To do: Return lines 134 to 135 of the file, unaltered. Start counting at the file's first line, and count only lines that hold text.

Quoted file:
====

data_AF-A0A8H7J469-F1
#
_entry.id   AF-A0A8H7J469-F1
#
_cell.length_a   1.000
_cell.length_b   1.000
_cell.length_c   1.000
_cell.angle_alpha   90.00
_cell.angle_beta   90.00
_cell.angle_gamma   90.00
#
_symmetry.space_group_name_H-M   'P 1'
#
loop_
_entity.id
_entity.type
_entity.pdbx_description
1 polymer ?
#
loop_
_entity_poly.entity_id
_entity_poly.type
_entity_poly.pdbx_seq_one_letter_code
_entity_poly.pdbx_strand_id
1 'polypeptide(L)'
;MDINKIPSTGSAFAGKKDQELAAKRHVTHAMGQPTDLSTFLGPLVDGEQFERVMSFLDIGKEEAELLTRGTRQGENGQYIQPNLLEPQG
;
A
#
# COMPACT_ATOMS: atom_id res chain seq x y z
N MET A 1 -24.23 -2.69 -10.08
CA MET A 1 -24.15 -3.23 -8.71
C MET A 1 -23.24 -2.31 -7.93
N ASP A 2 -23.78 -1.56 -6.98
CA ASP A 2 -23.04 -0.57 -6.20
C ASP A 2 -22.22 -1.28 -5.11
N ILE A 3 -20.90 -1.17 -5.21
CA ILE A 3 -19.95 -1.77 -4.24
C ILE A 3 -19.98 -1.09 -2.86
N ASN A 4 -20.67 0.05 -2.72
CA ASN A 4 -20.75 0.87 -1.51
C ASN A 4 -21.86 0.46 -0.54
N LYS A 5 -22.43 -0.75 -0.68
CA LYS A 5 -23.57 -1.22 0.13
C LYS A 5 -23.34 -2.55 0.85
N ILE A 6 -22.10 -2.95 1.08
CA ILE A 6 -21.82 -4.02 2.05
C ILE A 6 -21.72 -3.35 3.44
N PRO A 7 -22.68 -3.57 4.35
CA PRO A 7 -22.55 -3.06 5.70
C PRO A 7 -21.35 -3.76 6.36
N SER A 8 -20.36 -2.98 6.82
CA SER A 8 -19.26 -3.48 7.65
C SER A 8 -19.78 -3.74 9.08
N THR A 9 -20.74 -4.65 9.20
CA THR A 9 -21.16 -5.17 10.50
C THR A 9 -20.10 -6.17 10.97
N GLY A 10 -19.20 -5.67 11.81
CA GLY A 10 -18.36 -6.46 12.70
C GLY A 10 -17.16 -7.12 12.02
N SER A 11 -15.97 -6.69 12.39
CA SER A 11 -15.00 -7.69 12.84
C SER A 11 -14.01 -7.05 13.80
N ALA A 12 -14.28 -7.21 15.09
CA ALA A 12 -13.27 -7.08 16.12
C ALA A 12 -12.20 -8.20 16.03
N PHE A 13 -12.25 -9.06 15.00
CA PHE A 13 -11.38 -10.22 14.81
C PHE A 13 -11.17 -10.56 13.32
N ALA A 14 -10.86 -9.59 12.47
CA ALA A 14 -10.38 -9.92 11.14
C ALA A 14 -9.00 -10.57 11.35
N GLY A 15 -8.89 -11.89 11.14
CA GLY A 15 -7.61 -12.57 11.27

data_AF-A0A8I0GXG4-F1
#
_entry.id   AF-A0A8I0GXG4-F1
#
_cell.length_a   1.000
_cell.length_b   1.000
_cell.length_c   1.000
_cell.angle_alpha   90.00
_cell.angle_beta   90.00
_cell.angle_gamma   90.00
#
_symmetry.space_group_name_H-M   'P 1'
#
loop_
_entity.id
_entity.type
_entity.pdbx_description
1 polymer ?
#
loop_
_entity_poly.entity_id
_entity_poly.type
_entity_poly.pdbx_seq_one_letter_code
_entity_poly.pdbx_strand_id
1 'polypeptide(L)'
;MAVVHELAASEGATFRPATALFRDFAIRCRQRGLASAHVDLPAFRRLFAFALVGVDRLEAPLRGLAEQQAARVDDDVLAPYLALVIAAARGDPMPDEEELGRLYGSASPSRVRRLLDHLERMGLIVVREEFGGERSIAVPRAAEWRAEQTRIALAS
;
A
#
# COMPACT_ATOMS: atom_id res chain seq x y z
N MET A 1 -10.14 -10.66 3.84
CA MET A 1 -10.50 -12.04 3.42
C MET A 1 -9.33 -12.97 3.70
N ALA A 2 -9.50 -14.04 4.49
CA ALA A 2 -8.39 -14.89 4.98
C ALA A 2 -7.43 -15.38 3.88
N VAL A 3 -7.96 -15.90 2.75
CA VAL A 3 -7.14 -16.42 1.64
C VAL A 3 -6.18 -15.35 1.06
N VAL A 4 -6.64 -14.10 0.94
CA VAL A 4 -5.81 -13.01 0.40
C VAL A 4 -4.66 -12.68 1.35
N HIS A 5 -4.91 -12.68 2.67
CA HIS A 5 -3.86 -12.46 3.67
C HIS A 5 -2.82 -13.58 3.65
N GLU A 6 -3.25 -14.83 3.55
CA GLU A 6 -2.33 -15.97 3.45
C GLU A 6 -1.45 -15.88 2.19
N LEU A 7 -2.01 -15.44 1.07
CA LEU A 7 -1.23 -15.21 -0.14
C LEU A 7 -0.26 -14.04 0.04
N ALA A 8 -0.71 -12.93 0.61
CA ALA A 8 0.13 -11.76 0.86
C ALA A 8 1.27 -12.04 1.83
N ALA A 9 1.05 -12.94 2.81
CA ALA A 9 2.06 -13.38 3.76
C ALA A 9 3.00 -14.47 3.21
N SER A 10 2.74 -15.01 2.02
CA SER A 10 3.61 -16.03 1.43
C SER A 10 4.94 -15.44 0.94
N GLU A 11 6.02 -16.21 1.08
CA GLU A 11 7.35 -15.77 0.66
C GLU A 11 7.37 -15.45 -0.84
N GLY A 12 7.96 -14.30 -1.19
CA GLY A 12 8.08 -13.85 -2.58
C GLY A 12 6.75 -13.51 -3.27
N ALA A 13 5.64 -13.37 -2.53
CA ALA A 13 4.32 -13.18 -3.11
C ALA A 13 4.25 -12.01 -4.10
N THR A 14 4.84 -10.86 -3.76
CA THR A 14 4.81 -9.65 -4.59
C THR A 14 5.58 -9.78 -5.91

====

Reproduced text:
C SER A 10 4.94 -15.44 0.94
N GLU A 11 6.02 -16.21 1.08